Civil and Environmental Engineering
National Defense Science & Engineering Graduate Fellowship (NDSEG) 2014-17
UIUC Graduate College Fellowship 2013-14
In a world of increasing water scarcity and food insecurity, Landon Marston is helping develop global models for optimizing local water use. The United Nations has identified water scarcity as the primary challenge to food production in the coming decades. The work Landon and others at the University of Illinois are doing will help nations meet that challenge.
As Landon explains, for a long time, people thought of water only on a local level. “Traditionally, people made decisions about water use on a local scale, but more recently it’s been talked about on a watershed scale, where you’re trying to manage water effectively over a wider area such as, say, the entire Mississippi River Basin,” he says. Expanding perspectives even further, national and international agencies such as the World Bank are trying to understand how best to use water on a global scale. As a result, over the past two decades the concept of a “water footprint” or, more specifically, “virtual water,” has taken root—the idea that when we consider water use, we need to take into account not just how much water is used directly by a local population, but how much the total water consumption is embedded in more widespread activities such as food production, power generation, household usage, cleaning, and recreation.
Landon’s work will help bridge the gap between physical and virtual water management. Together with other researchers at the University of Illinois, his work focuses on a theoretical model called IMPACT-WATER, which attempts to portray supply and demand as it pertains to water and food at multiple levels from local to global. Developed in part by one of his advisors, Professor Ximing Cai, IMPACT-WATER evaluates the interconnectivity of water, environment, food production, and trade within a global framework. Already widely used in its current form, the improvements that Landon and his colleagues are making will help stakeholders re-envision how best to use limited water supplies. As Landon states, “In some areas where, for example, they’re growing lots of crops and using lots of water, maybe that area could better use the water to produce hydropower and then import food, which has ‘virtual water’ already embedded in it.”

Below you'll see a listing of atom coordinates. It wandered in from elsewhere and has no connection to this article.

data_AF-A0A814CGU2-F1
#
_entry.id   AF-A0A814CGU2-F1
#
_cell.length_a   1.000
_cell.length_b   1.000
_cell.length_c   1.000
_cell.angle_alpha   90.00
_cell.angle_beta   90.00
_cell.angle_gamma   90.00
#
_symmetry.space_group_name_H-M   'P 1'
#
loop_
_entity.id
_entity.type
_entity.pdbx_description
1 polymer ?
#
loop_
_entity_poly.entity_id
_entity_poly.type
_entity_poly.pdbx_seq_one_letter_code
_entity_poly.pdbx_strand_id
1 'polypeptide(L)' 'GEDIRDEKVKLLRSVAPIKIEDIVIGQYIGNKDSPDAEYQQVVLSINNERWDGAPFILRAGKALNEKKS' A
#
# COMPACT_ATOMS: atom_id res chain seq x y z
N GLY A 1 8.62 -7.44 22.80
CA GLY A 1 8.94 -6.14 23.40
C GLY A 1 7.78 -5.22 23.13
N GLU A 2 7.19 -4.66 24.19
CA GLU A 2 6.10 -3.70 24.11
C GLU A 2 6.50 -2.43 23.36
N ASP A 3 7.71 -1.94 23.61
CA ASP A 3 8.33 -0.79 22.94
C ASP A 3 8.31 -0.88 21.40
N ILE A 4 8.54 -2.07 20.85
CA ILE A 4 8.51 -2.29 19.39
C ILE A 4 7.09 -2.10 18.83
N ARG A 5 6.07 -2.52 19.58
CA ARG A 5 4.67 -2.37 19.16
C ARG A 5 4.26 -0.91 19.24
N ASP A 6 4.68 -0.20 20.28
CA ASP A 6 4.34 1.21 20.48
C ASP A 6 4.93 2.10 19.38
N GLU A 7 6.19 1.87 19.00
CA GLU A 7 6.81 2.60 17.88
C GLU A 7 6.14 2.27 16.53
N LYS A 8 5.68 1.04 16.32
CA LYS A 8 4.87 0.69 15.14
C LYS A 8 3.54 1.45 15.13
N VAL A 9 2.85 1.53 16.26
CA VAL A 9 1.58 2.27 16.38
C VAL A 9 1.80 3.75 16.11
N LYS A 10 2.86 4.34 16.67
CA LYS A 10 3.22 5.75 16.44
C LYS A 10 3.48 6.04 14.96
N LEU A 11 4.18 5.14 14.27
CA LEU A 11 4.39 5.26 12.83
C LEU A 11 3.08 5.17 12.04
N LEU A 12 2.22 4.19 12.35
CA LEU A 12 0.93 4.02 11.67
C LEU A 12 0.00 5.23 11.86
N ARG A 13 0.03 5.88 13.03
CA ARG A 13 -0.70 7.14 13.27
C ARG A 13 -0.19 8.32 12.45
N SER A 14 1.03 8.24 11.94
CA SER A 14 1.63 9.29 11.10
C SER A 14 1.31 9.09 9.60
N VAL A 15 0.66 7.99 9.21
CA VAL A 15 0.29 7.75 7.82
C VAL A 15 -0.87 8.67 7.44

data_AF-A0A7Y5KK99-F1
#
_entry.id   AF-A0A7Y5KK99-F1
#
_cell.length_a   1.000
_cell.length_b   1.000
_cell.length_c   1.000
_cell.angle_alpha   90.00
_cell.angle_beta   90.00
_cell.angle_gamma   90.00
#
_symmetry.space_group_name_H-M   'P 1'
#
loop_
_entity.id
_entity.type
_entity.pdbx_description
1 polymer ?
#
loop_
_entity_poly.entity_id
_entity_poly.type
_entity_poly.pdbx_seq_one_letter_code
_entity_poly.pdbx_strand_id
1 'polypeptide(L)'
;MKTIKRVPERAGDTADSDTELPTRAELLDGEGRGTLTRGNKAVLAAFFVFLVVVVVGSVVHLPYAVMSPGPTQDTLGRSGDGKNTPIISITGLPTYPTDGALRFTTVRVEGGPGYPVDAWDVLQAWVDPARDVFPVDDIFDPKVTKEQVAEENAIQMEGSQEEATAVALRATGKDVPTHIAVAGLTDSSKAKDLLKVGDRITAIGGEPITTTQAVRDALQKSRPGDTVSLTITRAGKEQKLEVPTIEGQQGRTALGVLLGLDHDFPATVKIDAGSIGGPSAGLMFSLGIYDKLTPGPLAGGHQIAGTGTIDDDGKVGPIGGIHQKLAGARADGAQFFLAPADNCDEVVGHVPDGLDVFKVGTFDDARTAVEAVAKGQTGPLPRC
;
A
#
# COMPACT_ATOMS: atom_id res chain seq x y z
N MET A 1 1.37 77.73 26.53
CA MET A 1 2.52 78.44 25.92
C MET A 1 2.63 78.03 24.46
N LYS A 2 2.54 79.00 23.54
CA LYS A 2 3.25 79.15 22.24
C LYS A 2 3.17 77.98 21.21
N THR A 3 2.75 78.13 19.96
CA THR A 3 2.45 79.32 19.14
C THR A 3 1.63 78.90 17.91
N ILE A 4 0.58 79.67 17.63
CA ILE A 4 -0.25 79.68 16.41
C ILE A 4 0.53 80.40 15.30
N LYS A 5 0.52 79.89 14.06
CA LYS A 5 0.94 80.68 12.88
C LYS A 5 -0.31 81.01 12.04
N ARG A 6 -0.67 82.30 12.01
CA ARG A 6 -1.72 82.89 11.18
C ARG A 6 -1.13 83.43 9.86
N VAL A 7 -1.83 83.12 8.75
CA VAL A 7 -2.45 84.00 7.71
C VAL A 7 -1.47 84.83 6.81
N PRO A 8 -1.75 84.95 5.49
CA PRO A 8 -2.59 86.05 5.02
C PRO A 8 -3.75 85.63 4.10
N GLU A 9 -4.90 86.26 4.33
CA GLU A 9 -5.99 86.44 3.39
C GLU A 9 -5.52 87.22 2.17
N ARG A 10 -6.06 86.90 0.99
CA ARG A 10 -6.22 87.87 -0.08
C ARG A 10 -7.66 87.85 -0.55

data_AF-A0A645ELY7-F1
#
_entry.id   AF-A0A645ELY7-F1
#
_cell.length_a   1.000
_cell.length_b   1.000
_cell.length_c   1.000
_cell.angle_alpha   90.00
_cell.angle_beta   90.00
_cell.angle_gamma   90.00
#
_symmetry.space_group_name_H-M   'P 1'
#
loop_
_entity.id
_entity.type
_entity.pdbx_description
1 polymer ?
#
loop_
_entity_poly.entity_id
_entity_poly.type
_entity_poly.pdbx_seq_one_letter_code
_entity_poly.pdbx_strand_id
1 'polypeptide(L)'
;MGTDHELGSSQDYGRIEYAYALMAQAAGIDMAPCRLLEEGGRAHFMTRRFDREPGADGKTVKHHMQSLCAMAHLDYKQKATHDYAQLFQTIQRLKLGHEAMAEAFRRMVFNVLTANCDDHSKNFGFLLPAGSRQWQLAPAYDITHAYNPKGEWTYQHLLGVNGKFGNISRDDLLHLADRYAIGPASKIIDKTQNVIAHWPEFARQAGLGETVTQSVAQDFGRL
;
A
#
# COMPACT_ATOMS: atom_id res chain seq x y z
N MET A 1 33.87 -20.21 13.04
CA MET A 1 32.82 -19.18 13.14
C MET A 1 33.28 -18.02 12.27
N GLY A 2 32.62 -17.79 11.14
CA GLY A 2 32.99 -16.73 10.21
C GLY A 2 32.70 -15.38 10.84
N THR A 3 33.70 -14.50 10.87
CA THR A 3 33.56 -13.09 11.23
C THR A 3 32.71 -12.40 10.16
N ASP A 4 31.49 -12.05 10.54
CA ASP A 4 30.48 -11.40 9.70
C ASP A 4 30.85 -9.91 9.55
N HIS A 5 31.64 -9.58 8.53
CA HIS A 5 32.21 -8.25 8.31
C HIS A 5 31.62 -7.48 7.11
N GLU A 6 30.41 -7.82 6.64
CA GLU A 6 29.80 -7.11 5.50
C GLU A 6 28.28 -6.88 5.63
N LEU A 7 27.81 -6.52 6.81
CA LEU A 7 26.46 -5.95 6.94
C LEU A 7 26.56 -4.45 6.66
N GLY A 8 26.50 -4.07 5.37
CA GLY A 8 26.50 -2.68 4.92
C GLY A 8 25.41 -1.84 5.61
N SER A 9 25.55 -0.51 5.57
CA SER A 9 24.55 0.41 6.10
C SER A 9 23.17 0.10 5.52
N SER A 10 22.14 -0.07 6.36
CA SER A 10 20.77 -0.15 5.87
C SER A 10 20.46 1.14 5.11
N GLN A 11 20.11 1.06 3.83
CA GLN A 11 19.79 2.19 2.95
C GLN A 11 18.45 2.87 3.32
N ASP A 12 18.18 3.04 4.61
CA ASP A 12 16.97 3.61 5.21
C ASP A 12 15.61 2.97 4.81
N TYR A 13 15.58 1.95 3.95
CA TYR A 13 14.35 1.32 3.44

This summer, Landon will participate on a project analyzing the Ogallala Aquifer, located beneath the Great Plains, which supports corn and soybean production in eight states including Kansas, Texas, Oklahoma, and Nebraska. These states are all currently suffering from drought. According to Landon, “right now the aquifer is recharging, on average, at less than two inches per year, but in many places water is being withdrawn at a rate of over two feet per year— it’s not sustainable.” Using IMPACT-WATER, Landon will evaluate how much virtual water is being exported through food production and will determine changes in global food prices and production if irrigation withdrawals (and, consequently, agriculture production) in the Ogallala region are reduced to a more sustainable level.
Landon started his doctoral program with an MBA and four years of experience with the U.S. Army Corps of Engineers, where he assessed the vulnerabilities of dams across the country. He also had international experience stemming from various mission trips. He traveled to Ethiopia to train community leaders to use local materials to provide clean water and reduce disease, and he worked in the Dominican Republic leading a team to shore up a church on the edge of an eroding riverbank. He explains, “Though those trips to Africa and the Dominican Republic weren’t directly related to my current research, they're still important to me because I want to use my skills and knowledge to make a better world. I like to help people with their most basic needs, one of which is water, and related to it is food. That’s one of the driving forces that got me into this type of work.”
With his research so closely aligning with the Army’s interest in global resource modeling, Landon was awarded the highly competitive National Defense Science and Engineering Graduate Fellowship (NDSEG) in 2014. Winning that fellowship, however, did not come easily. His NDSEG proposal built upon the proposal that he had submitted just a few weeks before to the National Science Foundation for the Graduate Research Fellowship. “The NSF was my first attempt at putting together a research proposal, and I spent many weeks, countless hours, working on it. But once I had it ready, redirecting the project to better fit the Department of Defense’s needs was not all that difficult given that there was already such a close fit between my interests and theirs. You have to speak to people’s interests,” he says.
His advice to anyone new to proposal writing is to get lots of feedback. His advisors, Drs. Ximing Cai and Megan Konar, helped him narrow down his topic and showed him how to best present his ideas. He also made use of the Graduate College’s online resources, attended a proposal writing workshop, and worked one-on-one with Colleen Vojak in the Office of External Fellowships.
Through his research and service activities, Landon is poised to make a significant impact on the world’s ability to steward its limited water resources wisely.